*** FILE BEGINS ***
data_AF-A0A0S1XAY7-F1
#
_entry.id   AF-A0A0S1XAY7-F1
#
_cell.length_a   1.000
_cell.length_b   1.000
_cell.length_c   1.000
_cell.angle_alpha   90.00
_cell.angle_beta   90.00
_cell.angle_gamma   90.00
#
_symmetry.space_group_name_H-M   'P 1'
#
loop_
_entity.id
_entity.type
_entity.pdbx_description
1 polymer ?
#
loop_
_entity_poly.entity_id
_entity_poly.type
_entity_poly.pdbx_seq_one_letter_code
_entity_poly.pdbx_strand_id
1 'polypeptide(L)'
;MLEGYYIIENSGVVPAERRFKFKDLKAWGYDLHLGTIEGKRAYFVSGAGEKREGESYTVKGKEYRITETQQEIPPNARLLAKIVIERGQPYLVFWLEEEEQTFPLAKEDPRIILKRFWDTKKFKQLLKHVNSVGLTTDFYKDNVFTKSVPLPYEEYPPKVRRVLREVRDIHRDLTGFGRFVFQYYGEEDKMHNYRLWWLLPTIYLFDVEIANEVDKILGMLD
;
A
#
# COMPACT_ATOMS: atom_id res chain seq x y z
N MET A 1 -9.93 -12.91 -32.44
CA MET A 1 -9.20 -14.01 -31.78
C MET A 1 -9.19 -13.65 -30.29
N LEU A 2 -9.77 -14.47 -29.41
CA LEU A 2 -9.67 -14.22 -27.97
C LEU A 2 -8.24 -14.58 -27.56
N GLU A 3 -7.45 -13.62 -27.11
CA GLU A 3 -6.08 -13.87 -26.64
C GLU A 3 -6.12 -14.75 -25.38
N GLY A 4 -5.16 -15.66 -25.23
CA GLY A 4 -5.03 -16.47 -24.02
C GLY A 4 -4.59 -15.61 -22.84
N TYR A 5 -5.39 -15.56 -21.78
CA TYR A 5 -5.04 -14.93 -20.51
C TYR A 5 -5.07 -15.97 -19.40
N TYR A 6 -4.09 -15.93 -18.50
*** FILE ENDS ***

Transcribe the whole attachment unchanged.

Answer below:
data_AF-A0A0S1XAY7-F1
#
_entry.id   AF-A0A0S1XAY7-F1
#
_cell.length_a   1.000
_cell.length_b   1.000
_cell.length_c   1.000
_cell.angle_alpha   90.00
_cell.angle_beta   90.00
_cell.angle_gamma   90.00
#
_symmetry.space_group_name_H-M   'P 1'
#
loop_
_entity.id
_entity.type
_entity.pdbx_description
1 polymer ?
#
loop_
_entity_poly.entity_id
_entity_poly.type
_entity_poly.pdbx_seq_one_letter_code
_entity_poly.pdbx_strand_id
1 'polypeptide(L)'
;MLEGYYIIENSGVVPAERRFKFKDLKAWGYDLHLGTIEGKRAYFVSGAGEKREGESYTVKGKEYRITETQQEIPPNARLLAKIVIERGQPYLVFWLEEEEQTFPLAKEDPRIILKRFWDTKKFKQLLKHVNSVGLTTDFYKDNVFTKSVPLPYEEYPPKVRRVLREVRDIHRDLTGFGRFVFQYYGEEDKMHNYRLWWLLPTIYLFDVEIANEVDKILGMLD
;
A
#
# COMPACT_ATOMS: atom_id res chain seq x y z
N MET A 1 -9.93 -12.91 -32.44
CA MET A 1 -9.20 -14.01 -31.78
C MET A 1 -9.19 -13.65 -30.29
N LEU A 2 -9.77 -14.47 -29.41
CA LEU A 2 -9.67 -14.22 -27.97
C LEU A 2 -8.24 -14.58 -27.56
N GLU A 3 -7.45 -13.62 -27.11
CA GLU A 3 -6.08 -13.87 -26.64
C GLU A 3 -6.12 -14.75 -25.38
N GLY A 4 -5.16 -15.66 -25.23
CA GLY A 4 -5.03 -16.47 -24.02
C GLY A 4 -4.59 -15.61 -22.84
N TYR A 5 -5.39 -15.56 -21.78
CA TYR A 5 -5.04 -14.93 -20.51
C TYR A 5 -5.07 -15.97 -19.40
N TYR A 6 -4.09 -15.93 -18.50